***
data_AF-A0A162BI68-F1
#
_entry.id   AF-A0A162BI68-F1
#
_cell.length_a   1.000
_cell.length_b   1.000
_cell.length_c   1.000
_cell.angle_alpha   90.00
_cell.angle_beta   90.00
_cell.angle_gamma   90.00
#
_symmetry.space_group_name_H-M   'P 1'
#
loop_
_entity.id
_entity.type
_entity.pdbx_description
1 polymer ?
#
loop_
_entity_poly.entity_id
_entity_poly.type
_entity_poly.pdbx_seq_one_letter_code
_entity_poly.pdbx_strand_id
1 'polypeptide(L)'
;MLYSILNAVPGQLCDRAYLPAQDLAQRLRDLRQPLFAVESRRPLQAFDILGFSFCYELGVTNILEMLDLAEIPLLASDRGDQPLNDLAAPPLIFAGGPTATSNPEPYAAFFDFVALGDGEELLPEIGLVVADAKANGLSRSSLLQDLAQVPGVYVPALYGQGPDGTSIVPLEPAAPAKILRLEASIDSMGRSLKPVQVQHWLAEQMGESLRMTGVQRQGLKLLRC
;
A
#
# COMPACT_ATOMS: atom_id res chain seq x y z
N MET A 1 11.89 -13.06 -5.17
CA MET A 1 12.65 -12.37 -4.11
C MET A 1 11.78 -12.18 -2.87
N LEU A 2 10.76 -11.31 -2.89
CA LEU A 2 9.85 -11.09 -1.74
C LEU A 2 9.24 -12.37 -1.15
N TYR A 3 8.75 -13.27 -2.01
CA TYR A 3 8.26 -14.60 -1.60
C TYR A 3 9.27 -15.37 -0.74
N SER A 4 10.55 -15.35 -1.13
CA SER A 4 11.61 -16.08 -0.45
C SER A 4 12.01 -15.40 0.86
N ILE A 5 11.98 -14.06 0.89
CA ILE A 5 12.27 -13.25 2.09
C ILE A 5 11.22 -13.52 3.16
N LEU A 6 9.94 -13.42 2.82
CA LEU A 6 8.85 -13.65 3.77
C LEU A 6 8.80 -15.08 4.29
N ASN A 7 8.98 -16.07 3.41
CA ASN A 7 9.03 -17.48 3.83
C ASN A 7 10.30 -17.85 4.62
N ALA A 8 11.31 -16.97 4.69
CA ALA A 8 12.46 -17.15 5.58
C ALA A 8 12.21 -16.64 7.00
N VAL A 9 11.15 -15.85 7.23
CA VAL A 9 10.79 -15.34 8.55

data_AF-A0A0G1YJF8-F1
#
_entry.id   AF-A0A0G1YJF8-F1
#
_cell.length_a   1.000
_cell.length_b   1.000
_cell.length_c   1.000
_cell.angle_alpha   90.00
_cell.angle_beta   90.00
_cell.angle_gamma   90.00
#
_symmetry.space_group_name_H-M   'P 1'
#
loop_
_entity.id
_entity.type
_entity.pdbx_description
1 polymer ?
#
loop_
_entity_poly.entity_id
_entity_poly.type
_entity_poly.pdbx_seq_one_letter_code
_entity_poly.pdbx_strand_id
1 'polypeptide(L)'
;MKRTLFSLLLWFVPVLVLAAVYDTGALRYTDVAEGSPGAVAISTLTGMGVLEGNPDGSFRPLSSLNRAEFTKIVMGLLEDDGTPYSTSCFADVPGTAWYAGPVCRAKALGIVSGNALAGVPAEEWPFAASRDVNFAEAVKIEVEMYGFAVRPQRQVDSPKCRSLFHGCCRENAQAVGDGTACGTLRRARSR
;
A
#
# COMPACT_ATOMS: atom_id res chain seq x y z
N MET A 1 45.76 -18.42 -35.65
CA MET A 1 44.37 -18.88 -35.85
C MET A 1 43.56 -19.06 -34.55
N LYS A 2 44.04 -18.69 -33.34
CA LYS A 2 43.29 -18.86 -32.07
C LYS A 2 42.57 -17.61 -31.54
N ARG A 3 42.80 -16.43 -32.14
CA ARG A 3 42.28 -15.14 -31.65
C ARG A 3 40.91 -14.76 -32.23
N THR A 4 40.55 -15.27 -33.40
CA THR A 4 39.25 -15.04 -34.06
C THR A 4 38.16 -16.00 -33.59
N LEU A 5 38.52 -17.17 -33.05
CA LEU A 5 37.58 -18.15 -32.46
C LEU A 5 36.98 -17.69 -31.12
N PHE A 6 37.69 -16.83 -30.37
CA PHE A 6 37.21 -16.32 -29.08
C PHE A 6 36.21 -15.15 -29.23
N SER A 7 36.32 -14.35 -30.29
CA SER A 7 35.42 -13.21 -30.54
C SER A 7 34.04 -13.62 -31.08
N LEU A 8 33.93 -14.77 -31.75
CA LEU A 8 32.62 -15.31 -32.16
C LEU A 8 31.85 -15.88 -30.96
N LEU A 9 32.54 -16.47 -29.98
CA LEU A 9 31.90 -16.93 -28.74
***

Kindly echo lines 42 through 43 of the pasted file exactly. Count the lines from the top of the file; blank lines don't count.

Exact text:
C SER A 4 12.01 -15.40 0.86
N ILE A 5 11.98 -14.06 0.89